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Re: Iran Fueling up First Nuclear plant with help from Russia
« Reply #1 on: September 27, 2010, 09:40:12 PM »
And another big news happened yesterday
The system is hacked... Hopefully its not a terriost to get hands on Nucleur stuff :loll: :loll:

TEHRAN - Iran suspects that a foreign organization or nation designed "Stuxnet," a quickly mutating computer worm that has been infiltrating industrial computer systems in the Islamic republic, a high-ranking official said Monday.

"We had anticipated that we could root out the virus within one to two months," Hamid Alipour, deputy head of Iran's Information Technology Co., a part of the ministry of communication and information technology, told the Islamic Republic News Agency. "But the virus is not stable, and since we started the cleanup process three new versions of it have been spreading," he said.

No one has claimed responsibility for the worm and no entity or country has been definitively identified as its source.

It is the first known case of malware designed to sabotage an industrial control system. "We've never seen anything like this before," said Liam O'Murchu, a researcher with the security firm Symantec. "It's very dangerous."

International computer security experts say Stuxnet was designed to target control systems produced by Siemens, a German equipment manufacturer. Siemens products are widely used in Iranian electricity plants, communication systems and in the country's first nuclear power plant, near the city of Bushehr, set to start production in October.
- When i was working for them .. They were doing ok.. :pagel: :loll:

Once inside the target system, the worm is capable of reprogramming the software that controls critical functions. Researchers still do not know what type of system it had in its sights or what type of sabotage was intended.

The worm was discovered in June, and researchers found about 45,000 infected computers in various countries, including Indonesia and India. But the vast majority were in Iran, leading analysts to conclude that a system in Iran was the likely target.

Iranian officials said Saturday that they had been hit by "electronic warfare" and acknowledged that the worm had infected more than 30,000 computers, including personal computers owned by employees of the nuclear power plant near Bushehr.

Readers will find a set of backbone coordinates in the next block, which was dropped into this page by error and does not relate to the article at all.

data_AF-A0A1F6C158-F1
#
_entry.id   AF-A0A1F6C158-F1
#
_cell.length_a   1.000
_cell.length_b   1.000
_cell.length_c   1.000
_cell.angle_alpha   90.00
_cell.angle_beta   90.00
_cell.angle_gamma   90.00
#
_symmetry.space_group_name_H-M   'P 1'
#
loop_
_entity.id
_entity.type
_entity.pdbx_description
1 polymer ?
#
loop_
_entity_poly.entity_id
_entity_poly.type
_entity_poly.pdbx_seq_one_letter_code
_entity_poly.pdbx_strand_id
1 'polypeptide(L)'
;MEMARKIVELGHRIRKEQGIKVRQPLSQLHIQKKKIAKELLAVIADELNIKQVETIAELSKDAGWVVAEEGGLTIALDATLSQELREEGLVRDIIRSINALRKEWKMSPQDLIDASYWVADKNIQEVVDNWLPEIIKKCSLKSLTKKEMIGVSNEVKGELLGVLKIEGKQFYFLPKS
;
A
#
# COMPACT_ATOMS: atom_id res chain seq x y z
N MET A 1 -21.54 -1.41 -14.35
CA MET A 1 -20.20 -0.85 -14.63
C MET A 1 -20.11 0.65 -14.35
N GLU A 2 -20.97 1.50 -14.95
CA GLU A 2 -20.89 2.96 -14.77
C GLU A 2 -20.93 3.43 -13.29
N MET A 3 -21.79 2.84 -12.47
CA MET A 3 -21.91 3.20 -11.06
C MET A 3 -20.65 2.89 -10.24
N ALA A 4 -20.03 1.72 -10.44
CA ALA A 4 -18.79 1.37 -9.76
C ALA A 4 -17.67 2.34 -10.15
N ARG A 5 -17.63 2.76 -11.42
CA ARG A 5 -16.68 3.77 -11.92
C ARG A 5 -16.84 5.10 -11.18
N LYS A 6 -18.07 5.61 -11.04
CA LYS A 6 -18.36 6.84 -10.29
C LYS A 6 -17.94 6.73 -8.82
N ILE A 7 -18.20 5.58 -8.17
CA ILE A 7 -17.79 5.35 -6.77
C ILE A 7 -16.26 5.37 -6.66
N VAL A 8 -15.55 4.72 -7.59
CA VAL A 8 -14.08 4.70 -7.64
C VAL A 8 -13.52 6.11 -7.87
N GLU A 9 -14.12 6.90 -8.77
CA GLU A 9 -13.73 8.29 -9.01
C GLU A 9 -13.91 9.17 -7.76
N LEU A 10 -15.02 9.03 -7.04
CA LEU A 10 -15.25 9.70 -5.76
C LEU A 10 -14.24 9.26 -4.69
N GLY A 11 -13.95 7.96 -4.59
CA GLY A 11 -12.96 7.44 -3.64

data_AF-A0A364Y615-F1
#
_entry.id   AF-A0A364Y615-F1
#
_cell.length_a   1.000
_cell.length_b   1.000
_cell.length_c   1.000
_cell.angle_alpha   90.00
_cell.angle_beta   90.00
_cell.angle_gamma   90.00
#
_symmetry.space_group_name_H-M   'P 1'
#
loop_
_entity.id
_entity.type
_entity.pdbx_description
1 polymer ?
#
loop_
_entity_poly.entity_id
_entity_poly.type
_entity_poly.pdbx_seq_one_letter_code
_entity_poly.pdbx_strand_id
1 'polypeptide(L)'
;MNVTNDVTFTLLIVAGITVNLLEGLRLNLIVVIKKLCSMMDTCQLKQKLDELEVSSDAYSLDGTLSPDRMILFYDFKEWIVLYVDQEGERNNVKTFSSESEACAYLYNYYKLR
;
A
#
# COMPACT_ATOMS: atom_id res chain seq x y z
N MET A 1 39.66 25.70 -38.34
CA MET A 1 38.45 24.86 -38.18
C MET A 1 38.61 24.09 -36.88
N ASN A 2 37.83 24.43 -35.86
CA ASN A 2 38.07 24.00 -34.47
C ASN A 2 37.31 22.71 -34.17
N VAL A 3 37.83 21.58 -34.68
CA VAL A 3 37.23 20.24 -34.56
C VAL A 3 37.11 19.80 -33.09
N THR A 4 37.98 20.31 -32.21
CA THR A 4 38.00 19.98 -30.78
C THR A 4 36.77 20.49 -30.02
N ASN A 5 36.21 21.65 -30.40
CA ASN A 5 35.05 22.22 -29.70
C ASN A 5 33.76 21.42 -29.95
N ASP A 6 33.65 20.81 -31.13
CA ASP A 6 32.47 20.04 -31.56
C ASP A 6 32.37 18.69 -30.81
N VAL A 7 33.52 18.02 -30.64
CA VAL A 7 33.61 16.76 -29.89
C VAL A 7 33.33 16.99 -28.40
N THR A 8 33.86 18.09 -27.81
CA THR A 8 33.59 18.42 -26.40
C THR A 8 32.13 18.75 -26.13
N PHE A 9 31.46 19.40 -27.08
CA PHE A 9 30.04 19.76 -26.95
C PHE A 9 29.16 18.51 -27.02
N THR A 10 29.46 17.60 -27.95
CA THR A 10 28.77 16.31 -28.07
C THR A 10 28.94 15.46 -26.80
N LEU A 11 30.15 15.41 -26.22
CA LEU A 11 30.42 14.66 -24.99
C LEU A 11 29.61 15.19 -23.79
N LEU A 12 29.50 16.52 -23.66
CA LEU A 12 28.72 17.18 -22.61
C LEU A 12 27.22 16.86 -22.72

But although the officials said over the weekend that the facility itself was not in danger and that the virus was under control, Monday's remarks suggest otherwise.

Because of the worm's reach and complexity and the huge investment required to write the code, Alipour said he thinks the virus was designed by a foreign organization or country. "The writer has had access to industrial information which is not available to IT experts," he said, stressing that an ordinary group of hackers could not have designed the virus.

An Iranian computer expert said the nuclear power plant must also be infected if employees' personal computers were hit by Stuxnet. "This could either be done by Israel, intending to steal nuclear secrets or disrupt power plants, or by India, which has the biggest private programming capacity worldwide," said the expert, speaking on the condition of anonymity because of the sensitivity of the subject.

A low-level cyberwar between Iran and the West intensified after President Mahmoud Ahmadinejad's disputed election victory last year. Several groups of Iranian hackers, some of them alleged to have ties to the intelligence ministry, have been attacking opposition Web sites. In December, they temporarily disrupted the Twitter network, which they accuse of assisting the grass-roots opposition movement.

Hacker groups such as the Iranian Cyber Army and Ashiyaneh have been saying they disrupted thousands of Western sites in the past year. In return, hundreds of Iranian Web sites have also been under attack.

Tehran-based engineers specializing in repairing personal computers said they had not noticed any upsurge in demands of repairs because of the virus. Computers are widely used in Iranian society, with the Internet playing an important role in distributing opposition news that is censored by state media outlets.

Alipour said the worm had become active about a year ago. "It is different from any other virus," he said. "Stuxnet is extremely dangerous, and serious measures should be taken to clean it up."

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Re: Iran Fueling up First Nuclear plant with help from Russia
« Reply #2 on: September 27, 2010, 10:42:01 PM »
tabaahi de asaar dis rahe ne